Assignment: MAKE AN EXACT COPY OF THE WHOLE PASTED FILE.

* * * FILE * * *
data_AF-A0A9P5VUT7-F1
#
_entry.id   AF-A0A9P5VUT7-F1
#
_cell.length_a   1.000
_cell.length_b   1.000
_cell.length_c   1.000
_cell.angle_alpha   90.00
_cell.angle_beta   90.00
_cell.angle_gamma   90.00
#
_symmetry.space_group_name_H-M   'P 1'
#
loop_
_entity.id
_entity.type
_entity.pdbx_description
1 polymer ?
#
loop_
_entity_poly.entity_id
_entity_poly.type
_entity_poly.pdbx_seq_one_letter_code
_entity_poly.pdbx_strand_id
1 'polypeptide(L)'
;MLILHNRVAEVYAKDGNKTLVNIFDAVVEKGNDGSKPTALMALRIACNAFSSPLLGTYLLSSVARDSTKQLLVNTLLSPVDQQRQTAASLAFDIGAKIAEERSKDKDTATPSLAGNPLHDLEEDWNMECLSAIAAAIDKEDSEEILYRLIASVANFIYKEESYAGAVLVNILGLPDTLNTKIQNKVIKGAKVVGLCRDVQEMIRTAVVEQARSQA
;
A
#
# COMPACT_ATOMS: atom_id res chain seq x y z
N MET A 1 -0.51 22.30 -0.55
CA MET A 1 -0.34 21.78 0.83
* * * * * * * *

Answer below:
data_AF-A0A9P5VUT7-F1
#
_entry.id   AF-A0A9P5VUT7-F1
#
_cell.length_a   1.000
_cell.length_b   1.000
_cell.length_c   1.000
_cell.angle_alpha   90.00
_cell.angle_beta   90.00
_cell.angle_gamma   90.00
#
_symmetry.space_group_name_H-M   'P 1'
#
loop_
_entity.id
_entity.type
_entity.pdbx_description
1 polymer ?
#
loop_
_entity_poly.entity_id
_entity_poly.type
_entity_poly.pdbx_seq_one_letter_code
_entity_poly.pdbx_strand_id
1 'polypeptide(L)'
;MLILHNRVAEVYAKDGNKTLVNIFDAVVEKGNDGSKPTALMALRIACNAFSSPLLGTYLLSSVARDSTKQLLVNTLLSPVDQQRQTAASLAFDIGAKIAEERSKDKDTATPSLAGNPLHDLEEDWNMECLSAIAAAIDKEDSEEILYRLIASVANFIYKEESYAGAVLVNILGLPDTLNTKIQNKVIKGAKVVGLCRDVQEMIRTAVVEQARSQA
;
A
#
# COMPACT_ATOMS: atom_id res chain seq x y z
N MET A 1 -0.51 22.30 -0.55
CA MET A 1 -0.34 21.78 0.83